August 2, 2022

What makes a great care team?

Whether it’s the workplace or a doctor’s office, Harvard Business Review revealed the conditions for great teamwork. Why this matters in the hospital Collaboration has become increasingly important in our personal and professional lives. Yet, it may seem like every day we hear about another team member quitting, being fired, or simply disappearing into thin […]

Whether it’s the workplace or a doctor’s office, Harvard Business Review revealed the conditions for great teamwork.

Why this matters in the hospital

Collaboration has become increasingly important in our personal and professional lives. Yet, it may seem like every day we hear about another team member quitting, being fired, or simply disappearing into thin air.

It hits close to home when we see a doctor we love leaving a practice. A child life specialist choosing to leave the field. The Harvard Business Review claims that teams fall apart when they lack proper collaboration and they fear conflict and disagreement. This ends up with one common stressor: working alone to achieve a shared goal.

The solution

A great team starts with four things: A compelling direction; a strong structure; a supportive context; and a shared mindset. These four ingredients form what I call the solution. When put together properly, they create a solid foundation upon which you can build a successful care team.

Consider the power of parent and pediatrician collaboration that involves not only the problem, treatment, and outcome, but includes:

  • a shared compelling direction that is spoken out loud and agreed upon by both parent and doctor
  • a strong structure that includes a plan for both parties to follow up in a specific amount of time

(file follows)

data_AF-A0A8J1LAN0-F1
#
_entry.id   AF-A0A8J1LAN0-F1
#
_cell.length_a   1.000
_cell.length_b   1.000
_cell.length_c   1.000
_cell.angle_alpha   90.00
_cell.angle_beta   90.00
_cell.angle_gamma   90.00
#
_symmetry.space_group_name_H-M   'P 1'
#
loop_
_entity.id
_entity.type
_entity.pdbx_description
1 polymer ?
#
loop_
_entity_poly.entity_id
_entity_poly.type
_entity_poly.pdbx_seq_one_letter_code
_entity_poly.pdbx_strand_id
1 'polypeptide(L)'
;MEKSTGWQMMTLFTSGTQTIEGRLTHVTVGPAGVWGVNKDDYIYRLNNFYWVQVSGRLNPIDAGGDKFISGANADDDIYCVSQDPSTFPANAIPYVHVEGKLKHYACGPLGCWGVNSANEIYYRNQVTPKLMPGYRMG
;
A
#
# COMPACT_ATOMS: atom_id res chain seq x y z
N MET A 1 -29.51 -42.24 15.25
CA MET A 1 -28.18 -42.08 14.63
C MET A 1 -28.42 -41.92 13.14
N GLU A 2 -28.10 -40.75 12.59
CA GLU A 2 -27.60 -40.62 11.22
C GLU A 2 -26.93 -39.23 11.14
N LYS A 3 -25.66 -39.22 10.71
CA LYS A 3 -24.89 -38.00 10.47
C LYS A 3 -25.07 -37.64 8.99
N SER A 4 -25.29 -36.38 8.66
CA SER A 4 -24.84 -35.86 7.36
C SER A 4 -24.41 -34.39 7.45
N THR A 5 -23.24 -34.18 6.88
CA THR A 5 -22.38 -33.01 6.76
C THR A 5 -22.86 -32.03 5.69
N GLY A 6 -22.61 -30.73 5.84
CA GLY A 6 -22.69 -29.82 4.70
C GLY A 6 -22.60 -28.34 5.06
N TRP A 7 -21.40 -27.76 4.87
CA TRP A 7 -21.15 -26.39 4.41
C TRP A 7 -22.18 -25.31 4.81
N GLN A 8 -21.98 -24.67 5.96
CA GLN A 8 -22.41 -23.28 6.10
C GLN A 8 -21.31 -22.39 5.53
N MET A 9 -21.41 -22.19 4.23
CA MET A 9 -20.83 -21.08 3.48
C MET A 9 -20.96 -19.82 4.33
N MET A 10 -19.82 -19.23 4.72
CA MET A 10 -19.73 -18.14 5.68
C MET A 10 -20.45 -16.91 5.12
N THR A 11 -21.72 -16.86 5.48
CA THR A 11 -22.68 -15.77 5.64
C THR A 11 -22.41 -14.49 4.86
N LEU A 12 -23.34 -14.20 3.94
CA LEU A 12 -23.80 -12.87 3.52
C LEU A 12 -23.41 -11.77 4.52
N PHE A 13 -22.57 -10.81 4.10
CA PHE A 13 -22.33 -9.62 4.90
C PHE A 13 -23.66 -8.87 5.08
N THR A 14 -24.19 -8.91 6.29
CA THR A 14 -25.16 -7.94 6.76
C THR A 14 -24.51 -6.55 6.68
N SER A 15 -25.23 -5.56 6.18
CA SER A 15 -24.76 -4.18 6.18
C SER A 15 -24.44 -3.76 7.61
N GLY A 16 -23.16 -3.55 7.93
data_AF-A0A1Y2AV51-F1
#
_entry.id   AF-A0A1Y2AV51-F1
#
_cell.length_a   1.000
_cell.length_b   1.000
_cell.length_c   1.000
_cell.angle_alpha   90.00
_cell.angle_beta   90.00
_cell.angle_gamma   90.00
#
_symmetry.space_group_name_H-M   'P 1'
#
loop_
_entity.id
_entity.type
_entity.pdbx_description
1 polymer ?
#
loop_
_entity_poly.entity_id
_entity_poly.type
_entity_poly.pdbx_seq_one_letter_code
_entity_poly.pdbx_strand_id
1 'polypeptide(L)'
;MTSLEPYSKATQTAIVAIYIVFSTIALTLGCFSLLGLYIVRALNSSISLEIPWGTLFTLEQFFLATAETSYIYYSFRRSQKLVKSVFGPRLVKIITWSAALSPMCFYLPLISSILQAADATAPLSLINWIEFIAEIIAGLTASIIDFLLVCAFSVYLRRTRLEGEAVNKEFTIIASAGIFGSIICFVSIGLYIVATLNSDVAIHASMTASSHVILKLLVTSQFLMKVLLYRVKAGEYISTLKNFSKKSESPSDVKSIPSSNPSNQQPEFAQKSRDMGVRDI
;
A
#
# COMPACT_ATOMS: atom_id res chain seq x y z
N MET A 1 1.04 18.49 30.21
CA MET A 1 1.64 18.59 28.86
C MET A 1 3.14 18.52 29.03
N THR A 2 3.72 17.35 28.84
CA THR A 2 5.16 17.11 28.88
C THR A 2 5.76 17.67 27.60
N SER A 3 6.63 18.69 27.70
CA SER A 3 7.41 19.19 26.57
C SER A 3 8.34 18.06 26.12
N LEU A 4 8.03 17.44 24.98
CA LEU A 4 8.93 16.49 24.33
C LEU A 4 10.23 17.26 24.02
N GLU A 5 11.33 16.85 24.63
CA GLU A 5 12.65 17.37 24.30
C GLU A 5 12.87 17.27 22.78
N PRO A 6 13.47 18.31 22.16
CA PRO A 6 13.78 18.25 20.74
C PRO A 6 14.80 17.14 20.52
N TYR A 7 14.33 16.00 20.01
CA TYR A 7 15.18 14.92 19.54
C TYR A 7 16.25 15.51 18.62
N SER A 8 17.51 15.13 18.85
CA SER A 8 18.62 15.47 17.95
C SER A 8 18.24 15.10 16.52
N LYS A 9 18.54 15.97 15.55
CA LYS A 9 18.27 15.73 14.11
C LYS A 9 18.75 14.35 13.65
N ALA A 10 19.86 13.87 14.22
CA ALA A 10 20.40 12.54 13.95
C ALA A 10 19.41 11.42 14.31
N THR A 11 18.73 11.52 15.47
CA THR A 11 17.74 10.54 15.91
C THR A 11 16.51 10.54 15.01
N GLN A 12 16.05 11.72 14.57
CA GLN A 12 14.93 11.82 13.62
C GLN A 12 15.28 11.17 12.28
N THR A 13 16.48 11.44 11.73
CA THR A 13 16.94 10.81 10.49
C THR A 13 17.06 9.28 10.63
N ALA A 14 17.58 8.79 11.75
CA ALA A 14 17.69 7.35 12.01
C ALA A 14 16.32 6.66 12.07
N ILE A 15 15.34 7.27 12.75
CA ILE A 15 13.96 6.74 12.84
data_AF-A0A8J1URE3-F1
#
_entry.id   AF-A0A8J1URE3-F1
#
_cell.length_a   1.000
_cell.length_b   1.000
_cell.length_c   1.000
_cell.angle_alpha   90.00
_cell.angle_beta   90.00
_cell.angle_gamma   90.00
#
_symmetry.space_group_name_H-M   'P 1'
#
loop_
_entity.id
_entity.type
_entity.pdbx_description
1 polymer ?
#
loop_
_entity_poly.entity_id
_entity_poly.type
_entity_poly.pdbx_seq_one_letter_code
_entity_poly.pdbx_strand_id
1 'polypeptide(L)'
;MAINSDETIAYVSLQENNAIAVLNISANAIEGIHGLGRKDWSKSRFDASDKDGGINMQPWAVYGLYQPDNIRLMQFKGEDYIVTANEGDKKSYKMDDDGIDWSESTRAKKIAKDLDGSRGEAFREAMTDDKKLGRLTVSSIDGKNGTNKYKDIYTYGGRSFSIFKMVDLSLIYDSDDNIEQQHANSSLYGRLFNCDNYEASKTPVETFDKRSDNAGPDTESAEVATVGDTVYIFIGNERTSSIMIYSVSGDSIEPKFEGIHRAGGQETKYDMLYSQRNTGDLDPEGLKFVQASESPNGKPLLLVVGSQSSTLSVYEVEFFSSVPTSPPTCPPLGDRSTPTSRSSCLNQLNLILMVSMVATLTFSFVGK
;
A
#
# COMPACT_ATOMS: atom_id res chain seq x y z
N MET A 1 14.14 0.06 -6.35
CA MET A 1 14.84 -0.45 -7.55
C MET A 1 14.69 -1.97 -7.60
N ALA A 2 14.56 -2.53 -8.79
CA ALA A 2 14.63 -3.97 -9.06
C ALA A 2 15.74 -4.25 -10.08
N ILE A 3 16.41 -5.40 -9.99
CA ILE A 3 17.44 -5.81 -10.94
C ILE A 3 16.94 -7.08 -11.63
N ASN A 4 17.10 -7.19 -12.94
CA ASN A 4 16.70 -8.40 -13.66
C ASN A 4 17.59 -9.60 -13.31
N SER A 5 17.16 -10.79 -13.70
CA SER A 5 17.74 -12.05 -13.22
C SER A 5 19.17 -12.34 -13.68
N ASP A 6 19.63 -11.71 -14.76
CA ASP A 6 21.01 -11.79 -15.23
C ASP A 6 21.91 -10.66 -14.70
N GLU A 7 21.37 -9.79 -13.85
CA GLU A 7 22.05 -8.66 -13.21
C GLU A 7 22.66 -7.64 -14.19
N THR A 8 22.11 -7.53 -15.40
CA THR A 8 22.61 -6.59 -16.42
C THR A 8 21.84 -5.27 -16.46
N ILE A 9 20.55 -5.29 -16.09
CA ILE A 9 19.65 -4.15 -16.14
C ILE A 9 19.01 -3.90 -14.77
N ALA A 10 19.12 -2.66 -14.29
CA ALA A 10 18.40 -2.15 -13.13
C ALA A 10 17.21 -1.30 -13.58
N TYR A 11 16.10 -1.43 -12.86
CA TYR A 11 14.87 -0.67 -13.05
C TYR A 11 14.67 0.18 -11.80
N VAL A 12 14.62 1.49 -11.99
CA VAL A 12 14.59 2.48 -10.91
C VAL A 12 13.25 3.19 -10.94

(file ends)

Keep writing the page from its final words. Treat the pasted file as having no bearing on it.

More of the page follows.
• a supportive context that removes shame and judgment on both ends of the conversation
  • a shared mindset that this is a collaborative approach – it is not reliant on just one person

But even if you have those four elements, there are still many ways in which they can go wrong. And when they do, it makes teams vulnerable to problems. So how do we know whether our solutions are working? Here are some examples:

  • a parent can share freely that they are struggling to remember to give their child medicine without the fear of judgment from the doctor
  • nurses can compassionately show parents how to properly assess and react to problems
  • physicians have gained the trust of parents to know they have a shared common interest in their child’s health

Why parents are the heart of the team in pediatrics

In some cases, parents and the care team that cares for their child are more diverse, dispersed, and dynamic than ever before—and those characteristics mean collaboration becomes even harder. With virtual care, sometimes the relationship is even spread across geographies, organizations, and functions. They might only see each other once a year. In many cases in the hospital, parents and care team members are complete strangers. As a result, struggle to connect, communicate effectively, and collaborate successfully.

Parents are the heart of the care team in pediatrics because they are the one constant source who sees all parts of the medical journey process from beginning to end. Parents are the consistent voice of the child, notetaker, medicine-giver, billing specialist, and most significantly, they are the most important person to the patient – their child.

What is the outcome of parent involvement?

When parents are equipped with the tools to collaborate, the whole team wins. The bare minimum of tools required includes a basic understanding of:

  • the diagnosis
  • shared vocabulary with the care team
  • understanding of what to expect
  • their role in the treatment plan
  • the psychosocial effects of the issue on their child
  • a support network to rely on

What else would you add to this list?

 

 

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